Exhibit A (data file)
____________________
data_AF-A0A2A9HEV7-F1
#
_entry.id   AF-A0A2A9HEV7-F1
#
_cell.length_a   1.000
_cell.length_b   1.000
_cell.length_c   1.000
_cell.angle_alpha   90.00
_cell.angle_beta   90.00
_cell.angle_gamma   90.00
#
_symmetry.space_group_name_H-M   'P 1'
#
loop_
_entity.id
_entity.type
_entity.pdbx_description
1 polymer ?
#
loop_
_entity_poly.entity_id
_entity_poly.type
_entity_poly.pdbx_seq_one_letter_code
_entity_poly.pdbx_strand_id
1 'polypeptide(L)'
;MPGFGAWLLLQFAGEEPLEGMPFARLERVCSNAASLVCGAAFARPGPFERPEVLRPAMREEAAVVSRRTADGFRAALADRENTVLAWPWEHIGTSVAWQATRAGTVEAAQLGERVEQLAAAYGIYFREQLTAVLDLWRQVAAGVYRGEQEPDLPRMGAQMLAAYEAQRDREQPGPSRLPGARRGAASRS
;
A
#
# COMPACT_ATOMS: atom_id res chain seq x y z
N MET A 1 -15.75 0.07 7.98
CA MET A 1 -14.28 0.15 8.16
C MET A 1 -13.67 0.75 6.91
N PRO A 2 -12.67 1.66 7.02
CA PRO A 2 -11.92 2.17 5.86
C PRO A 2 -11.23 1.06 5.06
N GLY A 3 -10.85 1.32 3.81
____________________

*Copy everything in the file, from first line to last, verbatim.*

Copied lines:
data_AF-A0A2A9HEV7-F1
#
_entry.id   AF-A0A2A9HEV7-F1
#
_cell.length_a   1.000
_cell.length_b   1.000
_cell.length_c   1.000
_cell.angle_alpha   90.00
_cell.angle_beta   90.00
_cell.angle_gamma   90.00
#
_symmetry.space_group_name_H-M   'P 1'
#
loop_
_entity.id
_entity.type
_entity.pdbx_description
1 polymer ?
#
loop_
_entity_poly.entity_id
_entity_poly.type
_entity_poly.pdbx_seq_one_letter_code
_entity_poly.pdbx_strand_id
1 'polypeptide(L)'
;MPGFGAWLLLQFAGEEPLEGMPFARLERVCSNAASLVCGAAFARPGPFERPEVLRPAMREEAAVVSRRTADGFRAALADRENTVLAWPWEHIGTSVAWQATRAGTVEAAQLGERVEQLAAAYGIYFREQLTAVLDLWRQVAAGVYRGEQEPDLPRMGAQMLAAYEAQRDREQPGPSRLPGARRGAASRS
;
A
#
# COMPACT_ATOMS: atom_id res chain seq x y z
N MET A 1 -15.75 0.07 7.98
CA MET A 1 -14.28 0.15 8.16
C MET A 1 -13.67 0.75 6.91
N PRO A 2 -12.67 1.66 7.02
CA PRO A 2 -11.92 2.17 5.86
C PRO A 2 -11.23 1.06 5.06
N GLY A 3 -10.85 1.32 3.81